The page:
Fall 2007 Faculty Appointments
By Joe Savrock (September 2007)
Katerina Bodovski has joined the faculty as assistant professor of education in the Educational Theory & Policy program. She was employed for five years at the Center of Children and Youth at Brookdale Institute of Human Development in Jerusalem, Israel. Her work as a senior research assistant focused on two main areas: the patterns of accommodation of immigrant youth, and formal and informal education. Bodovski received her Ph.D. in Sociology from Penn State. She obtained both her M.A. in Sociology and her B.A. in Sociology and Anthropology from The Hebrew University of Jerusalem. Her research interests are sociology of education, stratification and inequality, race and ethnicity, sociology of children, sociology of family, and immigration.
Gail M. Boldt is associate professor of language & literacy education. She arrives from the University of Iowa, where she served on the faculty for seven years. Boldt received a Ph.D. in Teacher Education and Curriculum Studies from the University of Hawaii at Manoa; an M.T.S. in Religion and Culture from Harvard University; and a B.A. in Psychology from Trinity College. She also received her teaching certification from Mills College and taught elementary school for seven years in Honolulu. Working from post-structural and psychoanalytic frameworks, her research interests focus on how students' identities are constructed and experienced in schools and how this interacts with teaching and learning.
Simon R. Hooper, associate professor of instructional systems, has served on the faculty at the University of Minnesota for the past 18 years. He is quite familiar with the Penn State campus, having received all three of his academic degrees here—Ph.D. in Curriculum and Instruction, M.Ed. in Mathematics, and B.S. in Secondary Education–Mathematics. Previous to that, he obtained a certificate of education from Durham University in England. Hooper's research interests include new media design and development, interface design, and using educational technology to solve educational problems.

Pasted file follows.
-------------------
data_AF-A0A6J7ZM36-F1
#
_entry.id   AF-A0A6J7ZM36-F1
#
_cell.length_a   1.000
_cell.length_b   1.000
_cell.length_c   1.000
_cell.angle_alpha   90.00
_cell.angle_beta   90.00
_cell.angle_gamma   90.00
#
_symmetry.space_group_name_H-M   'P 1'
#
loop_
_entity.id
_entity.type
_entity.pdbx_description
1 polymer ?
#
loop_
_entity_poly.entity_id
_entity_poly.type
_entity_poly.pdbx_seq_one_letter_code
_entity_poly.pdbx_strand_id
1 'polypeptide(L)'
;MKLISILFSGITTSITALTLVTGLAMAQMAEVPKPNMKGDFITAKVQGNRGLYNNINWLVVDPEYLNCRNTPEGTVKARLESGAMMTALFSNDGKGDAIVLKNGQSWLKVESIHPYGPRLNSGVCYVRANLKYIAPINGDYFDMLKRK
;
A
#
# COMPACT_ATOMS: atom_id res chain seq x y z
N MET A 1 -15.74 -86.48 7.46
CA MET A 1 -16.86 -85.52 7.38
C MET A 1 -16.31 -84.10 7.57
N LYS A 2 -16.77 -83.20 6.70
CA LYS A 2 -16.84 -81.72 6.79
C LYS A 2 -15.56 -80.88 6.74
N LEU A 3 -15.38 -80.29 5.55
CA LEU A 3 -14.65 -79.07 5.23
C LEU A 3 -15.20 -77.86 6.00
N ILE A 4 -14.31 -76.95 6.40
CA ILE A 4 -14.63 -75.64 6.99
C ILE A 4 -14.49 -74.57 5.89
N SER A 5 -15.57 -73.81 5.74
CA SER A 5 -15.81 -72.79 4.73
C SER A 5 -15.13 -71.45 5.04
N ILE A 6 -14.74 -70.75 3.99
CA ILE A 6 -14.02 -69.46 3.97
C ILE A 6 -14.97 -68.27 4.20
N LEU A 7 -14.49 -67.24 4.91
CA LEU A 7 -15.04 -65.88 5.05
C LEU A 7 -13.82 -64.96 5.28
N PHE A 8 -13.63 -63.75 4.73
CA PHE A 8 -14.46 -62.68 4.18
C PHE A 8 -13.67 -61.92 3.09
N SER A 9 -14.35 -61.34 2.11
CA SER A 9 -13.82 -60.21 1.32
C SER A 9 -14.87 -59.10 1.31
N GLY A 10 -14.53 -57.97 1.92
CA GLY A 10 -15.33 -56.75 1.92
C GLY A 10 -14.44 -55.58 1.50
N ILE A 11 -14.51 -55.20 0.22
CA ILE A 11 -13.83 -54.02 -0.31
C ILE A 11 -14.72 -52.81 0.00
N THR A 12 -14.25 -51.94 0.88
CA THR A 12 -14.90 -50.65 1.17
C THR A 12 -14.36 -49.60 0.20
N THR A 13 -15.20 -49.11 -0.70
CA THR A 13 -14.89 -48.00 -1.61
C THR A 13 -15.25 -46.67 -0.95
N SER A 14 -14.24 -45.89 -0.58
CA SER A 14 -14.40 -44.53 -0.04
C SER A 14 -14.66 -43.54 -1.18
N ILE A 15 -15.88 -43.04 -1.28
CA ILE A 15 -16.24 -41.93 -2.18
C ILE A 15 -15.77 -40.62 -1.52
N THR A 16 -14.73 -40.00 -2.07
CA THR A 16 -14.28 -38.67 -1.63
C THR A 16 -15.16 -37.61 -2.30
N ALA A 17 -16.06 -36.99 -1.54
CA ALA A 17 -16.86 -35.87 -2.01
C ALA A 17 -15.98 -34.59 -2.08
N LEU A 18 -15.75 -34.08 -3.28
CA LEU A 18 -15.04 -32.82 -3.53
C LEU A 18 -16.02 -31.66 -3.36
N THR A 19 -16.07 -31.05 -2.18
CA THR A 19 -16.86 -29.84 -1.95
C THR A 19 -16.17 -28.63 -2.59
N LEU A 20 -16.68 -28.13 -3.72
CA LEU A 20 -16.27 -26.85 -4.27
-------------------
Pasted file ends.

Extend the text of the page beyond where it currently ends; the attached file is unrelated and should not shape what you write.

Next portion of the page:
Stephanie C. Serriere is a new assistant professor of social studies education. She recently received her Ph.D. in Curriculum Studies from Indiana University. Previously, she worked on her master’s degree at Northern Arizona University and earned a B.A. in Elementary Education from Indiana University. Her research interests are civic identity, young children, classroom deliberations, and social constructions of gender with an international focus.
Deborah C. Smith is assistant professor of science education. She was a teacher for the past six years at Woodcreek Magnet School for Math, Science and Engineering in Lansing, Mich. Previously, she served on the science education faculty at Michigan State University. Smith earned a Ph.D. in Curriculum and Instruction–Science Education at the University of Delaware; an M.A. T. in Science Education at the Harvard Graduate School of Education; and a B.A. in Biology at Boston University. Her research interests focus on the interactions between elementary teachers’ knowledge for teaching science and their students’ images of, and understanding of, science, especially in grades K–3.
The Penn State College of Education serves approximately 2,800 undergraduate and 1,200 graduate students each year. The College prepares administrators, counselors, psychologists and researchers, as well as K-12 teachers in 21 different specialty areas. All of the College of Education graduate programs, that are ranked by the U.S. News & World Report, appear at least in the top 15, with six programs in the top ten.The College's Higher Education Administration program is ranked 1st and the Workforce Education and Development program is ranked 2nd. The College is known nationally for its education research and outreach, housing such centers as the Center for the Study of Higher Education, the Center for Science and the Schools, the Mid-Atlantic Center for Mathematics Teaching and Learning, and the Regional Education Laboratory--Mid-Atlantic.